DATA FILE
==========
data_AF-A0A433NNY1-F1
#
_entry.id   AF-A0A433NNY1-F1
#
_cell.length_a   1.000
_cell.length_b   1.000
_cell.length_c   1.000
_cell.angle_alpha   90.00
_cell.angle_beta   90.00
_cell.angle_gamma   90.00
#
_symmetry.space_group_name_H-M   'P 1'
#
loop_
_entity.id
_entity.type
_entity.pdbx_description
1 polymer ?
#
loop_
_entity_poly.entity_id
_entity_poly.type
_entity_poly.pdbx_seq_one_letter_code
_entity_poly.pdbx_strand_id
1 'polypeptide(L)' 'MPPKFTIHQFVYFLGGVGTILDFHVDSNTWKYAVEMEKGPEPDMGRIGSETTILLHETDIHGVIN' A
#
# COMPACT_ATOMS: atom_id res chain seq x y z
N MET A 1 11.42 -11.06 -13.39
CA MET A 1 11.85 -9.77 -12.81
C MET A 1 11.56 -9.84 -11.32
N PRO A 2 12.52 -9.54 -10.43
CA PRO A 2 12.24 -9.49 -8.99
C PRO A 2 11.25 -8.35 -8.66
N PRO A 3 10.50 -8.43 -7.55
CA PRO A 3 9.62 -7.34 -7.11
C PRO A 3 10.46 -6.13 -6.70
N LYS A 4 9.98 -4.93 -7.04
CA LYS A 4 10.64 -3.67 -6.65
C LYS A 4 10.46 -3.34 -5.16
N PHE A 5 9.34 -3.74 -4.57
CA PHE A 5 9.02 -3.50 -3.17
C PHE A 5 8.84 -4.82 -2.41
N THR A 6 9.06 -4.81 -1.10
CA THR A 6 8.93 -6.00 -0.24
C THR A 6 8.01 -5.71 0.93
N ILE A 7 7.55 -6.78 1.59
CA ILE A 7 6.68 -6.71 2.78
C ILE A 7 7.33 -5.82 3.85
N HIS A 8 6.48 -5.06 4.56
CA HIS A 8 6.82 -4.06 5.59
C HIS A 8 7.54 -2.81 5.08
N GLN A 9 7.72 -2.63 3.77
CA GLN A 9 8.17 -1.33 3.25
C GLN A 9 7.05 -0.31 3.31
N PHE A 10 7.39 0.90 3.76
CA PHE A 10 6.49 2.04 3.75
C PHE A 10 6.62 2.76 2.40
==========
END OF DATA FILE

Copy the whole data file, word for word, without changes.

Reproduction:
data_AF-A0A433NNY1-F1
#
_entry.id   AF-A0A433NNY1-F1
#
_cell.length_a   1.000
_cell.length_b   1.000
_cell.length_c   1.000
_cell.angle_alpha   90.00
_cell.angle_beta   90.00
_cell.angle_gamma   90.00
#
_symmetry.space_group_name_H-M   'P 1'
#
loop_
_entity.id
_entity.type
_entity.pdbx_description
1 polymer ?
#
loop_
_entity_poly.entity_id
_entity_poly.type
_entity_poly.pdbx_seq_one_letter_code
_entity_poly.pdbx_strand_id
1 'polypeptide(L)' 'MPPKFTIHQFVYFLGGVGTILDFHVDSNTWKYAVEMEKGPEPDMGRIGSETTILLHETDIHGVIN' A
#
# COMPACT_ATOMS: atom_id res chain seq x y z
N MET A 1 11.42 -11.06 -13.39
CA MET A 1 11.85 -9.77 -12.81
C MET A 1 11.56 -9.84 -11.32
N PRO A 2 12.52 -9.54 -10.43
CA PRO A 2 12.24 -9.49 -8.99
C PRO A 2 11.25 -8.35 -8.66
N PRO A 3 10.50 -8.43 -7.55
CA PRO A 3 9.62 -7.34 -7.11
C PRO A 3 10.46 -6.13 -6.70
N LYS A 4 9.98 -4.93 -7.04
CA LYS A 4 10.64 -3.67 -6.65
C LYS A 4 10.46 -3.34 -5.16
N PHE A 5 9.34 -3.74 -4.57
CA PHE A 5 9.02 -3.50 -3.17
C PHE A 5 8.84 -4.82 -2.41
N THR A 6 9.06 -4.81 -1.10
CA THR A 6 8.93 -6.00 -0.24
C THR A 6 8.01 -5.71 0.93
N ILE A 7 7.55 -6.78 1.59
CA ILE A 7 6.68 -6.71 2.78
C ILE A 7 7.33 -5.82 3.85
N HIS A 8 6.48 -5.06 4.56
CA HIS A 8 6.82 -4.06 5.59
C HIS A 8 7.54 -2.81 5.08
N GLN A 9 7.72 -2.63 3.77
CA GLN A 9 8.17 -1.33 3.25
C GLN A 9 7.05 -0.31 3.31
N PHE A 10 7.39 0.90 3.76
CA PHE A 10 6.49 2.04 3.75
C PHE A 10 6.62 2.76 2.40